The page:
co2greenhouse3Even the IPCC agrees that the hypothetical capacity of carbon dioxide to change temperature is given by the formula: Tc = áln(C2/C1), where Tc is the change in temperature in degrees Centigrade and the term ln(C2/C1) is the natural logarithm of the CO2 concentration at time two divided by the concentration at time one. The constant á (alpha) is sometimes called the sensitivity and its value is subject to debate. This relationship was proposed by Svante August Arrhenius, a physicist and chemist, around 1896. This logarithmic formula produces a graph in the form shown at the left. This shows that as the concentration of carbon dioxide increases, its effects have less and less influence. This graph is the pure theoretical capacity of carbon dioxide to warm the atmosphere in absence of any confounding feedbacks. The different curves represent different values of alpha.

 Radiation transmitted by atmosphereThe reason it works this way is because carbon dioxide can absorb only a few specific wavelengths of thermal radiation. The current concentration of carbon dioxide has absorbed almost all available radiation in those wavelengths so there is little left for additional carbon dioxide to absorb. Notice too, that water vapor absorbs many of the same wavelengths of thermal radiation. Also notice that in a certain part of the spectrum there is an open window of no absorption.

We see, therefore, that increasing levels of carbon dioxide in the atmosphere will have a decreasing hypothetical effect on temperature. That is also why our proposed attempts to decrease atmospheric carbon dioxide will have almost no effect on temperature.

The IPCC says that warming will produce more water vapor which will enhance greenhouse warming, a positive feedback. All their climate models are based on this assumption. Sounds reasonable except in the real world, it doesn’t happen. Increased water vapor produces more clouds which block the sun thereby inducing cooling, a negative feedback.

Dr. Roy Spencer explains here why doubling the carbon dioxide concentration in the atmosphere will add only 3% to Earth’s greenhouse effect. Spencer has further discussion here in which he says, “that about 50% of the surface warming influence of greenhouse gases has been short-circuited by the cooling effects of weather.”

The atmosphere is not static; we have weather which tends to dissipate heat into space. According to real world measurements, the negative feedbacks overwhelm the theoretical positive feedback posed by the IPCC.

An example of negative feedbacks:

In 2001, a paper by M.I.T. researchers proposed that warming dissipated high-altitude cirrus clouds which had the effect of dumping heat into space, thereby helping to regulate earth’s temperature. This paper was controversial because it went against the orthodoxy of global warming and there were many detractors. However, in 2007 researchers from the University of Alabama, using NASA satellite data found evidence to support the theory. In 2009, the original M.I.T. researchers, using National Centers for Environmental Prediction’s 16-year (1985-1999) monthly record of sea surface temperature, together with corresponding radiation data from the Earth Radiation Budget Experiment, found more real world evidence in support of the theory (see PDF). It might be noted that 11 major climate models used by the IPCC assume positive feedback, but real world data shows a temperature-moderating negative feedback. However, the role of clouds is still poorly-understood and more real-world data is needed.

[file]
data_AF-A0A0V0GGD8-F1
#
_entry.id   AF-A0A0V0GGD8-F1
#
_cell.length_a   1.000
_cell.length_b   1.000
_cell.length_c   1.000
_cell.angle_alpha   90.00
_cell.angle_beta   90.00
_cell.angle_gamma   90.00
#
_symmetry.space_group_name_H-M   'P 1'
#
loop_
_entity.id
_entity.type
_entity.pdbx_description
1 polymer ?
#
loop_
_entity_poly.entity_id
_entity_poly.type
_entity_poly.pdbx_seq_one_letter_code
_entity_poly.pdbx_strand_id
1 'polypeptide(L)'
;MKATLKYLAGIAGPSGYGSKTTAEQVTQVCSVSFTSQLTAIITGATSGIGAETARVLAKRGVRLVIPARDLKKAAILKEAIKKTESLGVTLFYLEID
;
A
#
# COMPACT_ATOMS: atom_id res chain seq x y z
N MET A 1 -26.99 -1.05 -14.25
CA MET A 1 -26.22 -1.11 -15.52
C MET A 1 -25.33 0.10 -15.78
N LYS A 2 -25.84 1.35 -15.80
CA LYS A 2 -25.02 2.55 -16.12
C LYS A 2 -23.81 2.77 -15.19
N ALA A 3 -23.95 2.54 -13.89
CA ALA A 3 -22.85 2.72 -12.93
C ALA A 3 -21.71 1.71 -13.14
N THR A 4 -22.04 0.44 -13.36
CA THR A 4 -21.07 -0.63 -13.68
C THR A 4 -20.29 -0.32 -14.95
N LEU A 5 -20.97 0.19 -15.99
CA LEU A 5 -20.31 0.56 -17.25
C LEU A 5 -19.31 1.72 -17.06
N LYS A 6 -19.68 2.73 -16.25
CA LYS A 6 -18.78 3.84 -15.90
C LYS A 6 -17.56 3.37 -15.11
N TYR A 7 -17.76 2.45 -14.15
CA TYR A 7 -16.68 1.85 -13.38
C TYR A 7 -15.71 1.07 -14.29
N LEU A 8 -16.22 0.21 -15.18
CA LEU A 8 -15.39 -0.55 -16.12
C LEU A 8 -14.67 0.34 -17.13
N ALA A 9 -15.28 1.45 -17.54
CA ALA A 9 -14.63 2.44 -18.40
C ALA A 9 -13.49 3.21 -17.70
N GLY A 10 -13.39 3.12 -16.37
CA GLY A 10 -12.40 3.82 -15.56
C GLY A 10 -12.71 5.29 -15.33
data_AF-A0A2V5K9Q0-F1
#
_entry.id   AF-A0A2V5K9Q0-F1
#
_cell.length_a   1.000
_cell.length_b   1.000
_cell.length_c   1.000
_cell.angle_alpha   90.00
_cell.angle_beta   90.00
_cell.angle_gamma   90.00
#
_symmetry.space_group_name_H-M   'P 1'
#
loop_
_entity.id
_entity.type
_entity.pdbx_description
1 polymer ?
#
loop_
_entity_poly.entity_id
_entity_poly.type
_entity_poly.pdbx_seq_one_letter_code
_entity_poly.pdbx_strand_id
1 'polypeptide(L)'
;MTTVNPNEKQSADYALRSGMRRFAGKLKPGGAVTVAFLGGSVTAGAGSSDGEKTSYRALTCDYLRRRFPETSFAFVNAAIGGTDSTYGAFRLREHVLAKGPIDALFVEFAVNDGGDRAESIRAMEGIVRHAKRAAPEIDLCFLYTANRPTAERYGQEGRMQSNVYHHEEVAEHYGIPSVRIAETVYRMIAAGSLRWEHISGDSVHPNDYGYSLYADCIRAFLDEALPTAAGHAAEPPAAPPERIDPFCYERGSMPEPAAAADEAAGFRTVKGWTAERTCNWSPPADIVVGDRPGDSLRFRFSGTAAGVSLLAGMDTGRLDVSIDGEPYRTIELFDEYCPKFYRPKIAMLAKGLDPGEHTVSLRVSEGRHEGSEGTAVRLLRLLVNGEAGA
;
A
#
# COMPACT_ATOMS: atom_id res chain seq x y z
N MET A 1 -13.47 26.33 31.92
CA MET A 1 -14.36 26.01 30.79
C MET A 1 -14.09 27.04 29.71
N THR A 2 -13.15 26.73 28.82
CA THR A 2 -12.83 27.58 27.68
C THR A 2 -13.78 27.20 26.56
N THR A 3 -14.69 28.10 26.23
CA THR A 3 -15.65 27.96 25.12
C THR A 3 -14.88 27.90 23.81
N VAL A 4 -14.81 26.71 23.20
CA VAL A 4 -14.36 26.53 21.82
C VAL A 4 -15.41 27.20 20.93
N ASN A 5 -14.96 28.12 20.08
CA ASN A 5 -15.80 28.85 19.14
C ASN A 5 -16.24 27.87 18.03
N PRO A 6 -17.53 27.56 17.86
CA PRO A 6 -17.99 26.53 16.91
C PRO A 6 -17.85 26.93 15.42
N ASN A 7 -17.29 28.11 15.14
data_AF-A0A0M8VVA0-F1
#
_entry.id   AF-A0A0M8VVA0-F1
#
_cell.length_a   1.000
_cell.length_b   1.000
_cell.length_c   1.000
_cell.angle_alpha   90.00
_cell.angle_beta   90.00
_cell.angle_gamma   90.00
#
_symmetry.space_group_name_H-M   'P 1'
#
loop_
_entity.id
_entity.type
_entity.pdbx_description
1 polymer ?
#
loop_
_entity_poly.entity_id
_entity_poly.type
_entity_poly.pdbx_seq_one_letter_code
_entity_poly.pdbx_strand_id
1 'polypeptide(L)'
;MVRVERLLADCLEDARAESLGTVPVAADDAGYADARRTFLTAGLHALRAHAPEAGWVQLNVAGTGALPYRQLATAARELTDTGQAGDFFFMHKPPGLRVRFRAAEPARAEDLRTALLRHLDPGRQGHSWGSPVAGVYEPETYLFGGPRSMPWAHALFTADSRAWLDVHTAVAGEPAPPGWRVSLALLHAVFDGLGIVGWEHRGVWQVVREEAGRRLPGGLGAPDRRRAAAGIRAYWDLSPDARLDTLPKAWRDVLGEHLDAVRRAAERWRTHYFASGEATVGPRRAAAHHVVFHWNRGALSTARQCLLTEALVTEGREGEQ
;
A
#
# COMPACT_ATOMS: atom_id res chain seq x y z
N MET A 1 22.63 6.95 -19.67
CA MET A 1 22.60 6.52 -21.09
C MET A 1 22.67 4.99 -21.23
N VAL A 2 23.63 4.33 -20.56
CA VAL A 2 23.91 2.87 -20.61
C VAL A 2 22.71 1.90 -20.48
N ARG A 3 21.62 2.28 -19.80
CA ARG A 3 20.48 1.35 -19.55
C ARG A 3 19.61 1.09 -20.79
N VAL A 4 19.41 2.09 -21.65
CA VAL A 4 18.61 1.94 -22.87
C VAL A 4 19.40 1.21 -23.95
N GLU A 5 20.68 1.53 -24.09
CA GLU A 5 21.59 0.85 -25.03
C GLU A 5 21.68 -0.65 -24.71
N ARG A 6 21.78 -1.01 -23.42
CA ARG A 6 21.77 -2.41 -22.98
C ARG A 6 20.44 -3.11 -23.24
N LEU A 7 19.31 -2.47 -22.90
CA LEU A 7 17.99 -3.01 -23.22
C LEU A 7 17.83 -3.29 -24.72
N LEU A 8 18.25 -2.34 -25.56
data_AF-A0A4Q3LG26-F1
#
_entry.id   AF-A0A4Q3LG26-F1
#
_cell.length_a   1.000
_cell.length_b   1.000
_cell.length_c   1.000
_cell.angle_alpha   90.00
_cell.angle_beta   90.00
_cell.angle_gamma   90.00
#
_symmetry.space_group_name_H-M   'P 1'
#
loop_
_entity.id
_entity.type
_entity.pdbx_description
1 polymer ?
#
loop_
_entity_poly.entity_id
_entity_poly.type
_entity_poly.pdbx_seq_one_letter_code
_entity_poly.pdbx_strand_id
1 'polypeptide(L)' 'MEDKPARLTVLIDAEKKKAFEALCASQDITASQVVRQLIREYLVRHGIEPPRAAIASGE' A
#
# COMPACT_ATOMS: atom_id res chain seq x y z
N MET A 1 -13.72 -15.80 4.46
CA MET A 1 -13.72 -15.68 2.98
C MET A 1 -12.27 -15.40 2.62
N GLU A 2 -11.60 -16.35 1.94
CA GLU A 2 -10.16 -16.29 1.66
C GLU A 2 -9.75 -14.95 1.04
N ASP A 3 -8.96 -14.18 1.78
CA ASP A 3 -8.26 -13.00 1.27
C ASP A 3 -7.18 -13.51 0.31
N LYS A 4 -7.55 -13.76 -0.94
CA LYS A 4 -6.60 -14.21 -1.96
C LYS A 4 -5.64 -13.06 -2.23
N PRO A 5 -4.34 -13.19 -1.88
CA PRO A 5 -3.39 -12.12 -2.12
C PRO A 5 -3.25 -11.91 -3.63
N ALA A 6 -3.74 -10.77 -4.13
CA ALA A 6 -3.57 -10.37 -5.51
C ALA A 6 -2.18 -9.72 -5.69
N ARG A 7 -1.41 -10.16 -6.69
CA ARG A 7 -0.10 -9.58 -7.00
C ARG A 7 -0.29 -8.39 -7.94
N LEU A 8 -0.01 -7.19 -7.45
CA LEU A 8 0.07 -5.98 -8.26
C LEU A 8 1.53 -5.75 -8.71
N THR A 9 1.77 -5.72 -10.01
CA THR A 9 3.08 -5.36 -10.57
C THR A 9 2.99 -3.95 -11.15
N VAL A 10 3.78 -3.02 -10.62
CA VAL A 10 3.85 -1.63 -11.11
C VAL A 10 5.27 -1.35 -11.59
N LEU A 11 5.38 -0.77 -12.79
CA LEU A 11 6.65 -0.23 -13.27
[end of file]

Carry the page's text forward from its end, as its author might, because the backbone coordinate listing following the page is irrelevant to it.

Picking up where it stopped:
What happens on other planets:

Venus:

Venus has a surface temperature of about 900 F and an atmosphere composed of 96% carbon dioxide. The temperature is the same from equator to poles, from day to night (Venus rotates on its axis in 2,802 hours rather than 24 hours). Venus is often touted as the extreme example of run-away greenhouse warming. But, there is almost no greenhouse warming on Venus because little, if any, direct sunlight gets to the surface. The atmosphere is too thick. In 1975, the Russian Venus lander Venera 9 measured clouds that were 30–40 km thick with bases at 30–35 km altitude. The surface air pressure on Venus is about 92 times greater than that on Earth. The high pressure alone can explain most of the high surface temperature. Although Venus gets almost twice the solar irradiation of Earth, Venus’ high albedo reflects back 65% of the sunlight.

 Venus has almost no water vapor in the atmosphere (about 0.002%), and therefore lacks the major greenhouse gas that Earth has.

Mars:

Mars has an atmosphere composed of 95% carbon dioxide and only a trace of water. Its atmosphere is very thin. Its surface pressure is about 2% that of Earth. The temperatures on the two Viking landers, measured at 1.5 meters above the surface, range from + 1° F, ( -17.2° C) to -178° F (-107° C). However, the temperature of the surface at the winter polar caps drop to -225° F, (-143° C) while the warmest soil occasionally reaches +81° F (27° C) as estimated from Viking Orbiter Infrared Thermal Mapper (NASA data). Again, no water vapor, no greenhouse effect.

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The greenhouse model is a simplified story that helps explain how our atmosphere works. However, the real world is very complicated and still not fully understood. Even global warming alarmist James Hansen of NASA’s Goddard Institute for Space Studies, had this to say: “The forcings that drive long-term climate change are not known with an accuracy sufficient to define future climate change.” — James Hansen, “Climate forcings in the Industrial era”, PNAS, Vol. 95, Issue 22, 12753-12758, October 27, 1998.

And even the IPCC once admitted, “In climate research and modeling, we should recognize that we are dealing with a coupled non-linear chaotic system, and therefore that the prediction of a specific future climate state is not possible.” — Final chapter, Draft TAR 2000 (Third Assessment Report), IPCC.

Human carbon dioxide emissions are 3% to 5% of total carbon dioxide emissions into the atmosphere, and about 98% of all carbon dioxide emissions are reabsorbed through the carbon cycle. (Source )

Although Earth’s atmosphere does have a “greenhouse effect” and carbon dioxide does have a limited hypothetical capacity to warm the atmosphere, there is no physical evidence showing that human carbon dioxide emissions actually produce any significant warming. If you disagree with that statement, then produce some physical evidence to refute it.

UPDATE March 3, 2011: A new paper in Geophysical Research Abstracts (Vol. 13, EGU2011-4505-1, 2011) reports that detailed spectrographic analysis found that because of the overlap absorbance of the much more abundant water vapor for long wave radiation, the effective sensitivity of carbon dioxide and methane as greenhouse gases is only one-seventh that claimed by the IPCC and used in climate models.